Analysis of avian leukosis virus DNA and RNA in bursal tumors: Viral gene expression is not required for maintenance of the tumor state

Gregory S. Payne, Sara A. Courtneidge, Lyman B. Crittenden, Aly M. Fadly, J. Michael Bishop, Harold E. Varmus

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158 Scopus citations


Each of twelve tumors induced by either Rous-associated virus-1 or -2 (RAV-1 or RAV-2) contained a predominant population of cells with ALV proviruses integrated at common sites, consistent with a clonal origin. Seven of nine RAV-2-induced bursal tumors contained single proviruses, and all seven solitary proviruses had suffered deletions. The detailed structures of four of these proviruses show that major deletions had occurred near or at the 5′ ends, spanning sequences potentially important in the production of viral RNA. One provirus also lacked most of the information coding for the replicative functions of the virus. Restriction maps suggest that these four proviruses were inserted in similar regions of the host genome. We have studied virus-specific RNA in four bursal tumors and four cell lines derived from bursal tumors. No normal viral RNA species were detectable in three tumors containing single aberrant proviruses. However, transcripts of 2.2 kb which reacted only with a hybridization probe specific for the 5′ end of viral RNA were observed in one of these three tumors. Analogous species, varying in length from 1.5 to 6.0 kb, were observed in a fourth bursal tumor with multiple proviruses and in all four cell lines. (This tumor and the cell lines also contained normal species of ALV mRNA and apparently normal proviral DNA.) The structures of the aberrant proviruses and the absence of normal viral RNA in some tumors indicate that expression of viral genes is not required for maintenance of the tumor phenotype. In at least some cases, the mechanism of oncogenesis may involve stimulation of transcription of flanking cellular sequences by a viral promoter.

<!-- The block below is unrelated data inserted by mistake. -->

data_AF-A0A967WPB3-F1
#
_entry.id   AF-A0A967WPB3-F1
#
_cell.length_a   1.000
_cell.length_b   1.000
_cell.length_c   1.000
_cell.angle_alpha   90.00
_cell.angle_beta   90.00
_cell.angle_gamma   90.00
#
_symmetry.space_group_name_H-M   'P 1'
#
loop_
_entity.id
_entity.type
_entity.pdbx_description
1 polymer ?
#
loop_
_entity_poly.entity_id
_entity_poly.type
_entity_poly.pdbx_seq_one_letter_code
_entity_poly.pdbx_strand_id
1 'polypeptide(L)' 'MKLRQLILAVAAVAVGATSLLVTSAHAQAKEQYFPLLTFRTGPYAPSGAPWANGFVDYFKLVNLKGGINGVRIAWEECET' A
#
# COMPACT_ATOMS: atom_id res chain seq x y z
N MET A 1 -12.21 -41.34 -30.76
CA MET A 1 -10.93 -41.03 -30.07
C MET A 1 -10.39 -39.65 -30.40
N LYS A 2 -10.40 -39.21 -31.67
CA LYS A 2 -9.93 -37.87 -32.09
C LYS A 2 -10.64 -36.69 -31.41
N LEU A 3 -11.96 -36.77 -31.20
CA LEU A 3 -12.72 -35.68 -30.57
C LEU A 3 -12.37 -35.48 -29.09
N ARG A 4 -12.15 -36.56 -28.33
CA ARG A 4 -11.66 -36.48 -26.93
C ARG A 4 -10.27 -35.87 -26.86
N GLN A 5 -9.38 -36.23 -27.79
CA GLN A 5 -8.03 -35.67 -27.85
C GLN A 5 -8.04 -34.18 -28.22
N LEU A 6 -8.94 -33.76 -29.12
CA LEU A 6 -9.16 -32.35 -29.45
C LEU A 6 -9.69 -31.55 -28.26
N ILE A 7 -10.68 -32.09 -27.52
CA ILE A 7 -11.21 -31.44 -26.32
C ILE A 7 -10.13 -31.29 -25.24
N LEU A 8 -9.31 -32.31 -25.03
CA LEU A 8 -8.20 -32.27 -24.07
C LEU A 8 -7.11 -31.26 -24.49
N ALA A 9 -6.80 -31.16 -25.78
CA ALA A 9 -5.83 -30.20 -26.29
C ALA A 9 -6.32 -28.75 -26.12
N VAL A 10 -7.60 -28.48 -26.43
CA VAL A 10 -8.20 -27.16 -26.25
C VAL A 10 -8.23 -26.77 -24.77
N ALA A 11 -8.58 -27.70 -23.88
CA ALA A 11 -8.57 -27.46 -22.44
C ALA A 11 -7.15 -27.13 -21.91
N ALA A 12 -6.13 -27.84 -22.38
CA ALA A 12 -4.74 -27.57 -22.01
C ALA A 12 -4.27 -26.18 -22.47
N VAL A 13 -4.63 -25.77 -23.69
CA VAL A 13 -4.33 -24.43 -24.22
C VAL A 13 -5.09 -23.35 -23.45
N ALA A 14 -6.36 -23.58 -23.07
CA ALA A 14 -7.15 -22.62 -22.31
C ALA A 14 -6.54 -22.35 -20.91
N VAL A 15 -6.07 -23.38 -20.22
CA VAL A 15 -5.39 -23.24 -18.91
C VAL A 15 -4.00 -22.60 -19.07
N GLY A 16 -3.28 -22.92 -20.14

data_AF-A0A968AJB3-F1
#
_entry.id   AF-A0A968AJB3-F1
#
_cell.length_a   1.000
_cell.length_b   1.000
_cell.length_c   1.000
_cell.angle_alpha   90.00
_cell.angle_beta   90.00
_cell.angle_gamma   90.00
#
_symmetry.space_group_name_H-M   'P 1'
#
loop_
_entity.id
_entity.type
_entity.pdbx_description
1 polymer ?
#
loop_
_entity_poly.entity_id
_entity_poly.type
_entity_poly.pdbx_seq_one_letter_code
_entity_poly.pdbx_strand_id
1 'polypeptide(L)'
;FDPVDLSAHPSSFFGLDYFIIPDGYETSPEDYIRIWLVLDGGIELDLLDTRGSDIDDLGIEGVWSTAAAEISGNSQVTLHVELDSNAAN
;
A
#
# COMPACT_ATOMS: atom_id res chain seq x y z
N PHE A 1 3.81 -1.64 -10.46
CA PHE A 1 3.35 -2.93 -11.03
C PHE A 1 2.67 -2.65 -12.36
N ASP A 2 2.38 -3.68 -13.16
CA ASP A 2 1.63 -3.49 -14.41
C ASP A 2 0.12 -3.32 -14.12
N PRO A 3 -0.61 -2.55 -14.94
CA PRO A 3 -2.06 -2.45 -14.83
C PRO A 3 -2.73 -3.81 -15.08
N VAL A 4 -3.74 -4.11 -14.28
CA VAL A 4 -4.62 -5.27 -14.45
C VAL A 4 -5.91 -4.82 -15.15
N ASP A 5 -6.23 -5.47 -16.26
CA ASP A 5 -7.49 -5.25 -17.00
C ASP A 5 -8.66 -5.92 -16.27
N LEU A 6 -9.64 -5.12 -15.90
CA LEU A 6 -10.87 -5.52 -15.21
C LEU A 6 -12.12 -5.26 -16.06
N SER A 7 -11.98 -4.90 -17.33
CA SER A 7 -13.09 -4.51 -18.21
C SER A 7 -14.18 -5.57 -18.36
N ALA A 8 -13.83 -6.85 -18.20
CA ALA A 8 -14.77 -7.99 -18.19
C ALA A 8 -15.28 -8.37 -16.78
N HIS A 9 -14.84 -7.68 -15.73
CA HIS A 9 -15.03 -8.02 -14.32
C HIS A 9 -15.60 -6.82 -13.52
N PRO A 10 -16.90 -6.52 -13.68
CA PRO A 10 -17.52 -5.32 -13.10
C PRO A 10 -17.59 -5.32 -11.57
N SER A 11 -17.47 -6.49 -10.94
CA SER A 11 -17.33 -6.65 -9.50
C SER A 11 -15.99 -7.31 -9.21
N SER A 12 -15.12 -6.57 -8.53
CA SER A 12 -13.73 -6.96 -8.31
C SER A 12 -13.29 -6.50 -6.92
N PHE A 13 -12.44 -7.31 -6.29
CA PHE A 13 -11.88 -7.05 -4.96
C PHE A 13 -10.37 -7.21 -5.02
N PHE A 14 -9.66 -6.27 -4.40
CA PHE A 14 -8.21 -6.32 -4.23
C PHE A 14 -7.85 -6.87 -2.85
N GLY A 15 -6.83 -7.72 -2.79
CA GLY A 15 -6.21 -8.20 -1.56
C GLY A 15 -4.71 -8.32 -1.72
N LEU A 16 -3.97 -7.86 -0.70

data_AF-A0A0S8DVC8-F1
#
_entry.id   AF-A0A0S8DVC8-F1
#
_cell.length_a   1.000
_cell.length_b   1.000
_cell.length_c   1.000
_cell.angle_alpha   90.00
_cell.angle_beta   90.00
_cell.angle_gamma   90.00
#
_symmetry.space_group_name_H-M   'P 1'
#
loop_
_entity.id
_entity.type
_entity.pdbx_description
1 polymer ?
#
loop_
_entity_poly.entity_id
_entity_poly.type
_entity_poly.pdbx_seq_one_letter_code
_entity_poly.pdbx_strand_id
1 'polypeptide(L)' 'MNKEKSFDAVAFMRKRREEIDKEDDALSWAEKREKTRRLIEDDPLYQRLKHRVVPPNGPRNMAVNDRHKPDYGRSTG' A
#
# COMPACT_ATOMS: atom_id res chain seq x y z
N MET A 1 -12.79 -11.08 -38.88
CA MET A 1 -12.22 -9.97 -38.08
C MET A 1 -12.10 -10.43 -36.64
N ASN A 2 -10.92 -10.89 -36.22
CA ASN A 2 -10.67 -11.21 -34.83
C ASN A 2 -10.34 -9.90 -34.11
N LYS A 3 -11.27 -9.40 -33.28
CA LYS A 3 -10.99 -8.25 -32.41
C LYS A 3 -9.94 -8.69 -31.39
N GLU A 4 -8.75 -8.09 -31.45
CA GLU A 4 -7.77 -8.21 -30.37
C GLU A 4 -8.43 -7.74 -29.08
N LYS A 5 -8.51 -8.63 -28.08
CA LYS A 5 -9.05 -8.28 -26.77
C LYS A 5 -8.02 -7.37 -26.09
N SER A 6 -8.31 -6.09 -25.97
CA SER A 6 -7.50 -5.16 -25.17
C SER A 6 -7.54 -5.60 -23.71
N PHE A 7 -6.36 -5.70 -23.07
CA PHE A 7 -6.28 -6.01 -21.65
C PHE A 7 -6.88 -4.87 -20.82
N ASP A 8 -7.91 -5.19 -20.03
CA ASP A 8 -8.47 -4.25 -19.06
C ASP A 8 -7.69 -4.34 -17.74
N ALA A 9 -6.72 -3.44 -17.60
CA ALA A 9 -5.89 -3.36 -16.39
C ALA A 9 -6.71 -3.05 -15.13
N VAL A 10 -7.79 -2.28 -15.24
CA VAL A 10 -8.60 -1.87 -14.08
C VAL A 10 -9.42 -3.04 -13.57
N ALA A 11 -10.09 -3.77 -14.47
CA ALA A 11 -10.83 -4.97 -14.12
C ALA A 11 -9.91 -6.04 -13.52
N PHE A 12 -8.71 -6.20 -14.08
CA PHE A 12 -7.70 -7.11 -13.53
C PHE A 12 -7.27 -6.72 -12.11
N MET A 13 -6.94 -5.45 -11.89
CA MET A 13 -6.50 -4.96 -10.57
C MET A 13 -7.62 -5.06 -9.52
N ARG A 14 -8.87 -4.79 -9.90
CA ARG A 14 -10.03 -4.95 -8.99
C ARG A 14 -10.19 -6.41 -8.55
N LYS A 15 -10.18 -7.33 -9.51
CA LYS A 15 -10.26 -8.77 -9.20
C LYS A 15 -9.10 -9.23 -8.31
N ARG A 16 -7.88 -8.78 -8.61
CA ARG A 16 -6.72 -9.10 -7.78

Original languageEnglish (US)
Pages (from-to)311-322
Number of pages12
Issue number2
StatePublished - Feb 1981
Externally publishedYes

ASJC Scopus subject areas

  • Biochemistry, Genetics and Molecular Biology(all)


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